Magazines
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It’s mine, mine own, my preciousssssss. – Gollum

Time Inc. recently launched “Mine,” a magazine “made especially for you.” You pick five titles of eight available for the experiment, and you receive a magazine with content targeted based on your selections.

The site also asks some oddball questions, such as, “Which do you crave more? Sushi or Pizza” and “Do you sing in the car?” How this relates to content targeting escapes me. But it does give the PR about it a certain bizarre appeal and absurdist hook.

Lexus is sponsoring the initial round, advertising its crossover SUV and putting personalized messages on the print issues being delivered to the first 30,000 or so signing up (I’m one of them).

However, yesterday, I received an email letting me know that my “Mine” is off to a rocky start:

We want to let you know that a computer error may have affected the first issue you received this week. It’s possible that this issue did not contain the combination of magazine content you selected.

Like I could tell — which is always a main drawback of these content-mining efforts. How do you know what you’ve missed?

The whole thing seems more like a PR effort than any real attempt at creating an enduring magazine formula, but who knows? They might luck into it.

The Nieman Journalism Lab has a great critique of the first issue, well worth reading and complete with pictures of the artifact and the customized advertising (basically, they put your name in certain spots).

One odd feature is the age of the content:

The content is of typical Time Inc. quality (since it comes straight from their magazines), but it’s old. The main Sports Illustrated story is from last June, and concludes with a reference to “a World Cup qualifier two weeks from now” that was played June 22. An InStyle article is from last July. The main Food & Wine story is from the April 2007 issue, and one of the Golf pieces is also from 2007.

Why so out of date? I imagine Time Inc. didn’t want to give readers who subscribe to any of the other magazines pieces they already read last month. But it feels odd to be customizing with two-year-old features.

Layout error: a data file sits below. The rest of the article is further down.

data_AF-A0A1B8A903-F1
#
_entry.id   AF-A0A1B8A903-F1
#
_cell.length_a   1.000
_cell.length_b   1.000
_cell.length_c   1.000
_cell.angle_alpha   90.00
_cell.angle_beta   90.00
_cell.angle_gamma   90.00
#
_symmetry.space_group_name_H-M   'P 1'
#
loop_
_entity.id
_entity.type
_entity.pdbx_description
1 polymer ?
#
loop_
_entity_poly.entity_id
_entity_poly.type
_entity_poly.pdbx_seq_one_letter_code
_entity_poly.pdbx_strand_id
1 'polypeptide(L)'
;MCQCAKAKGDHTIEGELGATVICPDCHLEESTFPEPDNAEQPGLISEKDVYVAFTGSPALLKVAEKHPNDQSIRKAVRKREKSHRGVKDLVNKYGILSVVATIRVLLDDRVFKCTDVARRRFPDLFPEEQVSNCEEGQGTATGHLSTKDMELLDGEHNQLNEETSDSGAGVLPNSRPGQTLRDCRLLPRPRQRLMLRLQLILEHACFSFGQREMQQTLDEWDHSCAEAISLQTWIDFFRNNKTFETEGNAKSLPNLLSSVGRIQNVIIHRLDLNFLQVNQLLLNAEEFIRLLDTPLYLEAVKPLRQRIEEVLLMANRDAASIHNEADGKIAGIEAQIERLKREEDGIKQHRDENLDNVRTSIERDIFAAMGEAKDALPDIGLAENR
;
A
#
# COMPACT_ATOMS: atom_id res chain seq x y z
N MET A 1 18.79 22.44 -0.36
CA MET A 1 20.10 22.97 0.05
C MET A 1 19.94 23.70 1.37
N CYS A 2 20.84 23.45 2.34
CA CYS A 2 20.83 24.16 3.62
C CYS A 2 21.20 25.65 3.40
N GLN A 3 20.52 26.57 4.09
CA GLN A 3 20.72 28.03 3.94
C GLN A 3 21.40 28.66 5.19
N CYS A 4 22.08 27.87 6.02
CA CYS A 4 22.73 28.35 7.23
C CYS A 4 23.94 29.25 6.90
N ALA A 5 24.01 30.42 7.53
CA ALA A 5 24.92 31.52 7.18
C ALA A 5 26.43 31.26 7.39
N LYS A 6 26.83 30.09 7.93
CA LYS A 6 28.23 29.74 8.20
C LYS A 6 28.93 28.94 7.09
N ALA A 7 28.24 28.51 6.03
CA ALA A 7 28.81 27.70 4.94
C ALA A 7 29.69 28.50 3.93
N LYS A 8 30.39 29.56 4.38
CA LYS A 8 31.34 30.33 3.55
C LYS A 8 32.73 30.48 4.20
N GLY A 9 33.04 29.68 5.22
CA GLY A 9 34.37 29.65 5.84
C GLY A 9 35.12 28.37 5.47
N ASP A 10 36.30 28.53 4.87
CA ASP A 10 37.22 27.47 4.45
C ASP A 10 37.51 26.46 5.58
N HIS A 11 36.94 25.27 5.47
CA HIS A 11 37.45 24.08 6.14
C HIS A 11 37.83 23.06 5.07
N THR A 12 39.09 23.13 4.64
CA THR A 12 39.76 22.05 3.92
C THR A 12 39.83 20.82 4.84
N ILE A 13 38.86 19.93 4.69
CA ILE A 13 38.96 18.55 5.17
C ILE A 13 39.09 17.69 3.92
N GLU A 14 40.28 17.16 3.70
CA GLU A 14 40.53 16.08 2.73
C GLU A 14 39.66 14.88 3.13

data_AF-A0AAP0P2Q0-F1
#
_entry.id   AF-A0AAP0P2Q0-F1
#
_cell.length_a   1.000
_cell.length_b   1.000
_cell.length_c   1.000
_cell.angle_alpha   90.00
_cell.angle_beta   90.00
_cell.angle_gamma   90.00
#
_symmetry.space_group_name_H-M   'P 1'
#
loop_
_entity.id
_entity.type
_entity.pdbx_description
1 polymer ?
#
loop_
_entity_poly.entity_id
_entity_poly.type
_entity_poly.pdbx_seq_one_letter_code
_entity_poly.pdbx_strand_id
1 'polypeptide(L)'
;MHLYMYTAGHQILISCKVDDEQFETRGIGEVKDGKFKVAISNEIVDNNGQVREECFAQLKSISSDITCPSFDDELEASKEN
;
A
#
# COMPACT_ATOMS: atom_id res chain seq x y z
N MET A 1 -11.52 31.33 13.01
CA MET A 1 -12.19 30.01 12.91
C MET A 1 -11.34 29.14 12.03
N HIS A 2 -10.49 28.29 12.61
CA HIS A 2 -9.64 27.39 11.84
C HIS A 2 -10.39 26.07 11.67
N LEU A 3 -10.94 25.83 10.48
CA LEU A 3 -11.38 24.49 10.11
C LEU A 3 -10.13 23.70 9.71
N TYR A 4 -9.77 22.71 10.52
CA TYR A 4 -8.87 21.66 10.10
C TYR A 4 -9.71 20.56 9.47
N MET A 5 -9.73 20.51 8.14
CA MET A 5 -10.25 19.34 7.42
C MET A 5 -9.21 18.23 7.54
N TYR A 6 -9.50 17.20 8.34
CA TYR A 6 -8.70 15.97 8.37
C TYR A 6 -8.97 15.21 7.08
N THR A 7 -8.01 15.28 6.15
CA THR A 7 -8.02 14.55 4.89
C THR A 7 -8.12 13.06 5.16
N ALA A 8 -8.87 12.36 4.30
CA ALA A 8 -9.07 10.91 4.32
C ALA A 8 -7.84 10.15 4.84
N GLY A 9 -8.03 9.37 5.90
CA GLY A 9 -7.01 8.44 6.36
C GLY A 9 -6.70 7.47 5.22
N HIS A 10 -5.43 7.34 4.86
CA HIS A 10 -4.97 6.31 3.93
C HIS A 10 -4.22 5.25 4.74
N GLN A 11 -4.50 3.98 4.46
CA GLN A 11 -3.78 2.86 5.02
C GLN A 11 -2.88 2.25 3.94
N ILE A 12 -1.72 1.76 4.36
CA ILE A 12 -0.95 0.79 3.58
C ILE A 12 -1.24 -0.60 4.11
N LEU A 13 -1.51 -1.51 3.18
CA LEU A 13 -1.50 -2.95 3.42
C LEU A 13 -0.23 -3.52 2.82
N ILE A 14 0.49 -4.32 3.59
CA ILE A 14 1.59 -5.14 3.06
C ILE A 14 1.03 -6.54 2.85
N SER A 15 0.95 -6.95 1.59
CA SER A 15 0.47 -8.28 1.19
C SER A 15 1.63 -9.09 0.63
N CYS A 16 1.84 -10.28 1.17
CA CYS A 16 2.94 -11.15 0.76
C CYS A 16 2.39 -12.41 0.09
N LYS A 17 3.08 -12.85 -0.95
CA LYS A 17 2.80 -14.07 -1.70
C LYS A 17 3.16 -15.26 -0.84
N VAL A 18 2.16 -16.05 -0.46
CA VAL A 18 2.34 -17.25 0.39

Print distribution for customized content seems like an idea whose time (about 15 minutes in 1998) has come and gone. But as a PR effort in support of an advertiser, this one has clever written all over it. Sorry, I meant, “Clever, don’t you agree, [insert name]?”

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Kent Anderson

Kent Anderson

Kent Anderson is the CEO of RedLink and RedLink Network, a past-President of SSP, and the founder of the Scholarly Kitchen. He has worked as Publisher at AAAS/Science, CEO/Publisher of JBJS, Inc., a publishing executive at the Massachusetts Medical Society, Publishing Director of the New England Journal of Medicine, and Director of Medical Journals at the American Academy of Pediatrics. Opinions on social media or blogs are his own.

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Discussion

1 Thought on "Is “Mine” Just a Stunt?"

“Interesting.”

I guess they can implicitly customize content based on your choice of magazines. (if you don’t choose Golf and Sports Illustrated, they probably won’t include articles about sports figures from Time in your package.) And probably can infer something from your choice of print or online, and of course where you live and your age. But the questions (pizza or sushi? juggling or celebrity impersonation?) reminded me of some New Age version of Meyers Briggs.

Interesting that they didn’t include some of their (more interesting) specialty magazines. I wonder what that suggests to publishers who might consider a similar strategy? Niche journals need not apply, or are too risky to include?

The date of birth question lets you say that you were literally born yesterday. But then they tell you you have to be 18. And then they block your computer from registering.

I signed up for the print.

John

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